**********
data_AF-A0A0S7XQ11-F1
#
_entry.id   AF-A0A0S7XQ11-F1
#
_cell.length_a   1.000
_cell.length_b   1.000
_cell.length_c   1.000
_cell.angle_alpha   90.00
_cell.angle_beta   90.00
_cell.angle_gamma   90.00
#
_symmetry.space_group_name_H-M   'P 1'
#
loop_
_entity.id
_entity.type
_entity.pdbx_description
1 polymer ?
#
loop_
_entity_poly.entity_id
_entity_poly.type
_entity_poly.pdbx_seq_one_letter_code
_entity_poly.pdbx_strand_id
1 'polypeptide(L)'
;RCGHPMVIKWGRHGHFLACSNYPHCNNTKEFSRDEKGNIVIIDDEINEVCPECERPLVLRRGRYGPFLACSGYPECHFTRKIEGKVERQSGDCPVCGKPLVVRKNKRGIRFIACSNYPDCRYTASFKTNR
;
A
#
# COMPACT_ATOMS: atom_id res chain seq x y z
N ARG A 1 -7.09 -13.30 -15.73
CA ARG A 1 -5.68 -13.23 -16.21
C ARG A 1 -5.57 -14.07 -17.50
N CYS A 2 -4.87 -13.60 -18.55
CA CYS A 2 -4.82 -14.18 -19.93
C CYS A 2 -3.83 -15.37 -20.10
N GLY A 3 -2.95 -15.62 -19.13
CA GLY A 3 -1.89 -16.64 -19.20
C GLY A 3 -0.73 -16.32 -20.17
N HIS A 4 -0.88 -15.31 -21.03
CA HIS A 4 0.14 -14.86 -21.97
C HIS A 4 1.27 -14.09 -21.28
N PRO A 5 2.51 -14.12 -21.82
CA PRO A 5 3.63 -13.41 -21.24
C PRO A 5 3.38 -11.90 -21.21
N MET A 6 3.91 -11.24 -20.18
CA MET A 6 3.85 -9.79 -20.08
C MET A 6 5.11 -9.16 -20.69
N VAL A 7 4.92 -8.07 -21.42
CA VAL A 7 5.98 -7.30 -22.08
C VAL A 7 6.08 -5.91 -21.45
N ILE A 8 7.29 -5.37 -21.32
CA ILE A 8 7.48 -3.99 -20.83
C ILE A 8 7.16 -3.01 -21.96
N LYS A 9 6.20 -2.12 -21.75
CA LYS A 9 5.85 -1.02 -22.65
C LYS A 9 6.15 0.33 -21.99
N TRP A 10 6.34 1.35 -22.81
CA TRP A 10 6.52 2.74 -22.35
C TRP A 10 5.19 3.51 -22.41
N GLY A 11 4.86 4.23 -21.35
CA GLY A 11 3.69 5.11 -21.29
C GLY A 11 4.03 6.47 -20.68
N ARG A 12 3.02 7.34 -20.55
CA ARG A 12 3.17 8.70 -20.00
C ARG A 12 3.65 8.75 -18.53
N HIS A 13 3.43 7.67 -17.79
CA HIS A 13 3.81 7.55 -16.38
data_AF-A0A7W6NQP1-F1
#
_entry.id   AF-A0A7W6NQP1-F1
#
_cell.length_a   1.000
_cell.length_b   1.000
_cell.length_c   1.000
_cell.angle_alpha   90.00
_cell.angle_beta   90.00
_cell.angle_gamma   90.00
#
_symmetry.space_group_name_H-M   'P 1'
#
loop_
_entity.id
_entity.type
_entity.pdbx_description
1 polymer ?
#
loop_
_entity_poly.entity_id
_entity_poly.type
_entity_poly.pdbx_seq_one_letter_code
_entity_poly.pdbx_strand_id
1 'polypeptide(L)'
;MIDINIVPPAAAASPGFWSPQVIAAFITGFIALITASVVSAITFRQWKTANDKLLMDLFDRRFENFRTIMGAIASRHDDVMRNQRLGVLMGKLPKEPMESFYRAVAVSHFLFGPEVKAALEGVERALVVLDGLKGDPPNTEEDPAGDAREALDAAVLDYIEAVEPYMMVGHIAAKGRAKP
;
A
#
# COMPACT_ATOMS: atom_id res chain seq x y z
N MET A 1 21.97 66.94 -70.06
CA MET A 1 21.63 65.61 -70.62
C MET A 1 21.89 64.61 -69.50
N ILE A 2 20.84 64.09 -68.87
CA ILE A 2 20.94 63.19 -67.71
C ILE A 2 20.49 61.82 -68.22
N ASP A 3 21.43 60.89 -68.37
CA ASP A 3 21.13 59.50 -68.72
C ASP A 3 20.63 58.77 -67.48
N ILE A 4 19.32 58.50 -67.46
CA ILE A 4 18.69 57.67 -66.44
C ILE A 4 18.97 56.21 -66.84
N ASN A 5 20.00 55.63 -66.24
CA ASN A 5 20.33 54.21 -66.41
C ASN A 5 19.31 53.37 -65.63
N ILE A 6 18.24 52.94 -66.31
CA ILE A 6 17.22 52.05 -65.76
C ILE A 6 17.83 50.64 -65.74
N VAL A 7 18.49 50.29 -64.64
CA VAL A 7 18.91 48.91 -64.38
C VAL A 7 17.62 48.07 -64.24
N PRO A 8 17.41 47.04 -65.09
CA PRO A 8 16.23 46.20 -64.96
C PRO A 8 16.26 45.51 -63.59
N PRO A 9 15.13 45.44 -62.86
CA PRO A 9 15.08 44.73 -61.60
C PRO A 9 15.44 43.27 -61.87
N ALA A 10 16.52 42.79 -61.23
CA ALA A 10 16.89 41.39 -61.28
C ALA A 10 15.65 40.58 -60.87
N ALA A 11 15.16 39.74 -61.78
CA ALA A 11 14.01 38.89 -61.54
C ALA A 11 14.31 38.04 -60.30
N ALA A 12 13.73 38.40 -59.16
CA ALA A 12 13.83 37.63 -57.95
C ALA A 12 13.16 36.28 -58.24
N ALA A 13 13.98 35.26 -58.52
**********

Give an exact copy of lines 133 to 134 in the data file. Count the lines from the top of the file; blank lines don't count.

CA ALA A 12 13.83 37.63 -57.95
C ALA A 12 13.16 36.28 -58.24